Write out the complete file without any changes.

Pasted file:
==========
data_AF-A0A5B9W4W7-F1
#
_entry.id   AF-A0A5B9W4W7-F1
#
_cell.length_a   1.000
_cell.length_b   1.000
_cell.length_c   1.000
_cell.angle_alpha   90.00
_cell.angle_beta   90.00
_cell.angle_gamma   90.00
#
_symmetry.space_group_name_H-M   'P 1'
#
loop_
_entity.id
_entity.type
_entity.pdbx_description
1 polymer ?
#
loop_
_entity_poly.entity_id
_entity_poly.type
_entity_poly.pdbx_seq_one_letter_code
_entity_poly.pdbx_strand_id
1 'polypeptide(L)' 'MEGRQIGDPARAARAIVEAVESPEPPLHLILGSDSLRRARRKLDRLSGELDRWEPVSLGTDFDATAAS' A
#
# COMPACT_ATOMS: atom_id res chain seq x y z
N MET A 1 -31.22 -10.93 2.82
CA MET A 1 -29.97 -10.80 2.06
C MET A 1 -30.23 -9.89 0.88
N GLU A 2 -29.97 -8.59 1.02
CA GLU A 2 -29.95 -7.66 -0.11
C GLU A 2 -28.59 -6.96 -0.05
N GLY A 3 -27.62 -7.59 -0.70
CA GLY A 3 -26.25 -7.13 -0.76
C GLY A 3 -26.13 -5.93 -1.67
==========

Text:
data_AF-A0A5B9W4W7-F1
#
_entry.id   AF-A0A5B9W4W7-F1
#
_cell.length_a   1.000
_cell.length_b   1.000
_cell.length_c   1.000
_cell.angle_alpha   90.00
_cell.angle_beta   90.00
_cell.angle_gamma   90.00
#
_symmetry.space_group_name_H-M   'P 1'
#
loop_
_entity.id
_entity.type
_entity.pdbx_description
1 polymer ?
#
loop_
_entity_poly.entity_id
_entity_poly.type
_entity_poly.pdbx_seq_one_letter_code
_entity_poly.pdbx_strand_id
1 'polypeptide(L)' 'MEGRQIGDPARAARAIVEAVESPEPPLHLILGSDSLRRARRKLDRLSGELDRWEPVSLGTDFDATAAS' A
#
# COMPACT_ATOMS: atom_id res chain seq x y z
N MET A 1 -31.22 -10.93 2.82
CA MET A 1 -29.97 -10.80 2.06
C MET A 1 -30.23 -9.89 0.88
N GLU A 2 -29.97 -8.59 1.02
CA GLU A 2 -29.95 -7.66 -0.11
C GLU A 2 -28.59 -6.96 -0.05
N GLY A 3 -27.62 -7.59 -0.70
CA GLY A 3 -26.25 -7.13 -0.76
C GLY A 3 -26.13 -5.93 -1.67